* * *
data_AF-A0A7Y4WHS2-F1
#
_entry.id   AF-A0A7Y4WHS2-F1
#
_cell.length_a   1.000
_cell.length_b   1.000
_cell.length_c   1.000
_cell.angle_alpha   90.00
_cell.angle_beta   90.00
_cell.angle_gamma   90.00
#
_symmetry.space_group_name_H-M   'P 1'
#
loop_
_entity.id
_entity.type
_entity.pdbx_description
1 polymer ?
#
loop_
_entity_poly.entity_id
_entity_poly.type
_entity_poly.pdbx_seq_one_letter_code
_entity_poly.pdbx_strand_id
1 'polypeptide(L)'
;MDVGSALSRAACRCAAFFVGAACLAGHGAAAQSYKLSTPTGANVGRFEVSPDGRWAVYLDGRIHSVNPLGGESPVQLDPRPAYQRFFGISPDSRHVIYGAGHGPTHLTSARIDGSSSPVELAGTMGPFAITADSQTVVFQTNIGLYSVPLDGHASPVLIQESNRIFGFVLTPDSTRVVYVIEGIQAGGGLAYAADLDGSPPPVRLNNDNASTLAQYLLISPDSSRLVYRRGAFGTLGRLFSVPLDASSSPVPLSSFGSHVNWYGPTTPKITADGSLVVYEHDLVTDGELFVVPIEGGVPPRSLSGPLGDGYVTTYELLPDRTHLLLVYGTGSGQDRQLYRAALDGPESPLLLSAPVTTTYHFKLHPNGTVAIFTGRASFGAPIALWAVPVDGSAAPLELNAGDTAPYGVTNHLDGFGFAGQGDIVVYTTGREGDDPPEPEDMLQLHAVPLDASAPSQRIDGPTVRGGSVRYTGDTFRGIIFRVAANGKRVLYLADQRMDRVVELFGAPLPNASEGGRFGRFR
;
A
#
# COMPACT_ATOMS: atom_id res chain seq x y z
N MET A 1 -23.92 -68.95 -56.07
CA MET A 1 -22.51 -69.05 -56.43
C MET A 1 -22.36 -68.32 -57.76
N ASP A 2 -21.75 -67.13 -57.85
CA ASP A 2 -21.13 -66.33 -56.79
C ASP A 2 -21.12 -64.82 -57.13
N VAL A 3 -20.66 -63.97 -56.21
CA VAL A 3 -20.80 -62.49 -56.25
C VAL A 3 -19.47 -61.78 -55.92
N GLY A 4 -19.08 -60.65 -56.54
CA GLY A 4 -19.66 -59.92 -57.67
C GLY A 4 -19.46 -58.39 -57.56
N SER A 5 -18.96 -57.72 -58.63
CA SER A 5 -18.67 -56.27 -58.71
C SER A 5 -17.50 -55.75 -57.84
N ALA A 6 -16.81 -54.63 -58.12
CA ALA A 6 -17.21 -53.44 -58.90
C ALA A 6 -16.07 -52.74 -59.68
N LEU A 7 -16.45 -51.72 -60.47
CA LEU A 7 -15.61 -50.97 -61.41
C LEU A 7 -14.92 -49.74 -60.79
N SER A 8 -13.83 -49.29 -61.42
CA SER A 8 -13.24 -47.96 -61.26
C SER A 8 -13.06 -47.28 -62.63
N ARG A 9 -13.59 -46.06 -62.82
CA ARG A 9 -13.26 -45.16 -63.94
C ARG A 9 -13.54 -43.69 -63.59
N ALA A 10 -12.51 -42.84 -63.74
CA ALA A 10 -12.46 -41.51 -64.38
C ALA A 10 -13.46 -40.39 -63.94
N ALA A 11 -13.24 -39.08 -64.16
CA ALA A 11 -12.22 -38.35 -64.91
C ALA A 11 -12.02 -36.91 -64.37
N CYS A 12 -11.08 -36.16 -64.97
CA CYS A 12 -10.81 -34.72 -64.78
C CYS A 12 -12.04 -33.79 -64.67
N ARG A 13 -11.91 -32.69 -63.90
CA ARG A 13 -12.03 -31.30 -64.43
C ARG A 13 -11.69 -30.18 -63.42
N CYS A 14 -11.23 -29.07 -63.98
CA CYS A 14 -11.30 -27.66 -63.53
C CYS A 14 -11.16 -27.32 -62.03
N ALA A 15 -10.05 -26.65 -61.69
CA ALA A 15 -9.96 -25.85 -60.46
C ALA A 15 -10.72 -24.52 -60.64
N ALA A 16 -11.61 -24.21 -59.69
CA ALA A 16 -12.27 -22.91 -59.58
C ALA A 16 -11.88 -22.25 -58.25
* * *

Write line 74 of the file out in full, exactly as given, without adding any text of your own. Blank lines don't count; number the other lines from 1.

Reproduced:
CA ALA A 15 -9.96 -25.85 -60.46